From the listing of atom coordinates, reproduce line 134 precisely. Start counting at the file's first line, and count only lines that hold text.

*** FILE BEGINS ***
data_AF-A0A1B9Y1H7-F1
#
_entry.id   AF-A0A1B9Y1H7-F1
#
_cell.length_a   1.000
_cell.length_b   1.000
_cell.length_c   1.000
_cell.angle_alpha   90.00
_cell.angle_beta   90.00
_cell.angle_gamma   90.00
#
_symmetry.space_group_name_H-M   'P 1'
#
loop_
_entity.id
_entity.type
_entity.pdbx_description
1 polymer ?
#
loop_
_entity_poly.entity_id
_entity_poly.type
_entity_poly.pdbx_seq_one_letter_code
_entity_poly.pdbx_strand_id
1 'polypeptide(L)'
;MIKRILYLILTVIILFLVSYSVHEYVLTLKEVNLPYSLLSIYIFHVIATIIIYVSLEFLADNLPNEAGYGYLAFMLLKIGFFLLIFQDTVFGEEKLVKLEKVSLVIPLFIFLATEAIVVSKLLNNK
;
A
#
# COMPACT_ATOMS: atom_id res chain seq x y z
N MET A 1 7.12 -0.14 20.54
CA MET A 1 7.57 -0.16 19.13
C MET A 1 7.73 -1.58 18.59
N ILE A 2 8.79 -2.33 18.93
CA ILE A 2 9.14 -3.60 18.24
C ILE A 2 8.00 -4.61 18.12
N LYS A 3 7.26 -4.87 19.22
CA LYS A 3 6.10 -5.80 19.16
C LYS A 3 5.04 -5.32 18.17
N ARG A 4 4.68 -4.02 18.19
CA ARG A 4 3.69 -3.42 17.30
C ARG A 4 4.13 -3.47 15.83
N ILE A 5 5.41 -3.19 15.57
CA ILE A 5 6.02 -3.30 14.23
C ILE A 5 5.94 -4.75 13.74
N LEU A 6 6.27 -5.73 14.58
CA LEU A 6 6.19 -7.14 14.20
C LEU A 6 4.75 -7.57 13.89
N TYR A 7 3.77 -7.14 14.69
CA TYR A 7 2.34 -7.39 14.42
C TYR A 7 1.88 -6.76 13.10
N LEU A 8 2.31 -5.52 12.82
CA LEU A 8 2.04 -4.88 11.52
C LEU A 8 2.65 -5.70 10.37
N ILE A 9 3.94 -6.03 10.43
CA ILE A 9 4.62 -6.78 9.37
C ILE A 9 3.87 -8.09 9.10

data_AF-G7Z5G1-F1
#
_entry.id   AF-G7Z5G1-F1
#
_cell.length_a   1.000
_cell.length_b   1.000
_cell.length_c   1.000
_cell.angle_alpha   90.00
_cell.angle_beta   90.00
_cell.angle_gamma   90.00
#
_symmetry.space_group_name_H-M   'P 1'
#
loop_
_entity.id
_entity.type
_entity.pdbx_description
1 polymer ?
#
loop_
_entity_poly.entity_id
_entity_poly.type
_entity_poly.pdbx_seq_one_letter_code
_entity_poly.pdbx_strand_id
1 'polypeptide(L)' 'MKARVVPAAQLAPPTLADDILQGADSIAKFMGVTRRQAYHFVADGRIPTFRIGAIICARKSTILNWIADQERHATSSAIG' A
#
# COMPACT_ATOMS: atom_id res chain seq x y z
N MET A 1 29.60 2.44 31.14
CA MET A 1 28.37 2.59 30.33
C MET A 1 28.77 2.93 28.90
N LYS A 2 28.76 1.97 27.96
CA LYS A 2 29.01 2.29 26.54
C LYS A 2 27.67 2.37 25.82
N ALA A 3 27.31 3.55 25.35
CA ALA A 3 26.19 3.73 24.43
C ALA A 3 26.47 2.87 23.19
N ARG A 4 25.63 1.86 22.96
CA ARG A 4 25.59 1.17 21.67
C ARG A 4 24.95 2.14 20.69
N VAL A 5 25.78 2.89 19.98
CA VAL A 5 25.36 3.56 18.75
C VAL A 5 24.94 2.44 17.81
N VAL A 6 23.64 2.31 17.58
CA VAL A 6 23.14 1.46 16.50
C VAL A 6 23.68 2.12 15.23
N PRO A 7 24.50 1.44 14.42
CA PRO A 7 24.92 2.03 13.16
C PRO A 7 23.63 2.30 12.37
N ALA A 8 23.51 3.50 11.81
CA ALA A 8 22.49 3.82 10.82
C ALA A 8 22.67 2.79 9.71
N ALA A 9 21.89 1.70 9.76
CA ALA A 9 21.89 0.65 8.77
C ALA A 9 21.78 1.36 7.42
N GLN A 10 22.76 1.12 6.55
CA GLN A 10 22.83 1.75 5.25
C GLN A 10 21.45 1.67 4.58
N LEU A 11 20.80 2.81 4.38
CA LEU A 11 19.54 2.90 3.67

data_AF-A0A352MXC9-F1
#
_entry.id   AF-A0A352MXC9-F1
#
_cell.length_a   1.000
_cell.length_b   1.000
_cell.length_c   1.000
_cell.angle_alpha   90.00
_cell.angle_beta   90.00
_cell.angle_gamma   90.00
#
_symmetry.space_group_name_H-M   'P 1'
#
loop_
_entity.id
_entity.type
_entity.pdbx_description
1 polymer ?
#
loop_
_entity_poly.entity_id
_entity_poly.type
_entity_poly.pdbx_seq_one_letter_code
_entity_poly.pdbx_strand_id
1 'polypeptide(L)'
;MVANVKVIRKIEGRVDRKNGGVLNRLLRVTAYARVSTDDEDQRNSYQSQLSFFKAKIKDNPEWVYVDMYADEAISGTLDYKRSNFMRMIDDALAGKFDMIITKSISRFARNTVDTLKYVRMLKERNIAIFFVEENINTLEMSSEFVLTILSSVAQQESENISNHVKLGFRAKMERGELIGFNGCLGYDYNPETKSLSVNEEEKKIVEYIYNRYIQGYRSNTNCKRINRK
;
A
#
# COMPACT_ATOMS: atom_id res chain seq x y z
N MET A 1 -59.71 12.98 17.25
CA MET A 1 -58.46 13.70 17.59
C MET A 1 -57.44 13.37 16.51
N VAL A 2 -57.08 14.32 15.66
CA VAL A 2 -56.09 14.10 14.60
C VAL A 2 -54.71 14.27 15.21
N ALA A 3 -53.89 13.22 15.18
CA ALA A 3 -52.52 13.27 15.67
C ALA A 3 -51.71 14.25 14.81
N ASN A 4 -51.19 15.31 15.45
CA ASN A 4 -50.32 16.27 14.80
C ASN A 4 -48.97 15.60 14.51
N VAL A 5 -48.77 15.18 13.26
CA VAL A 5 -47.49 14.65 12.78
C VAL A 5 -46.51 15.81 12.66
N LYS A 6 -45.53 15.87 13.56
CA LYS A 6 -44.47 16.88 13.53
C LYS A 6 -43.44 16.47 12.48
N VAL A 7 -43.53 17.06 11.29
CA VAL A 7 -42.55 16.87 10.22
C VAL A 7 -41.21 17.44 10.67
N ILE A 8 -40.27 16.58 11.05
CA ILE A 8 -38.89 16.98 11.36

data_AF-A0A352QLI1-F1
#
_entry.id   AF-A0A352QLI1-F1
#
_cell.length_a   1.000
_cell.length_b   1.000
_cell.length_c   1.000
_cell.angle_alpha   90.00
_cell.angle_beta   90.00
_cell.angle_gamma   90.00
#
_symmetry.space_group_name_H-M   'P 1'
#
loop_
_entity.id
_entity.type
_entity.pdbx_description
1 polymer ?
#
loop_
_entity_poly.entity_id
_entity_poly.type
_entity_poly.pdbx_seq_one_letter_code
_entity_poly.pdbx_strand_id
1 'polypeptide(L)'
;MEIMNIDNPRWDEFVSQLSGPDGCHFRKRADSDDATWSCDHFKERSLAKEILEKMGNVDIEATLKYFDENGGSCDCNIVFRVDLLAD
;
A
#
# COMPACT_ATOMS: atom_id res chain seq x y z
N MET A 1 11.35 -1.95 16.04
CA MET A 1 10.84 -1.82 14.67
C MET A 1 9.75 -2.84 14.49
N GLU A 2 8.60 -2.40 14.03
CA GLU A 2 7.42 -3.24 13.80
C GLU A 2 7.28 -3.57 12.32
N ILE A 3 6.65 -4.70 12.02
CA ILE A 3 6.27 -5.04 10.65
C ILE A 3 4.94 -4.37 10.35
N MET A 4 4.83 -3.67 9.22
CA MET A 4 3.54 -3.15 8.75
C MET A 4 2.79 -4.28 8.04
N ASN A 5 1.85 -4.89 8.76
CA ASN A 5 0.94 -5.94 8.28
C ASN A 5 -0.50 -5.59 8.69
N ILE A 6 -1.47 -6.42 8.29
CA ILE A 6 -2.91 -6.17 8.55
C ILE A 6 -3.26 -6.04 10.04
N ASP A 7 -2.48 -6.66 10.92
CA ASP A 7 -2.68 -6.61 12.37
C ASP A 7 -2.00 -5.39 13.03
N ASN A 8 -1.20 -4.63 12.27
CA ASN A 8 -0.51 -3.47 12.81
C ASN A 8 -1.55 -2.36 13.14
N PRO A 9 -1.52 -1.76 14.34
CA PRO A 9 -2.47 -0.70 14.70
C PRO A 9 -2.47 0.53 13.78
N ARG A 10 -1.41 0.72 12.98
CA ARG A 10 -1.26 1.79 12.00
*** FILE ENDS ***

1 polymer ?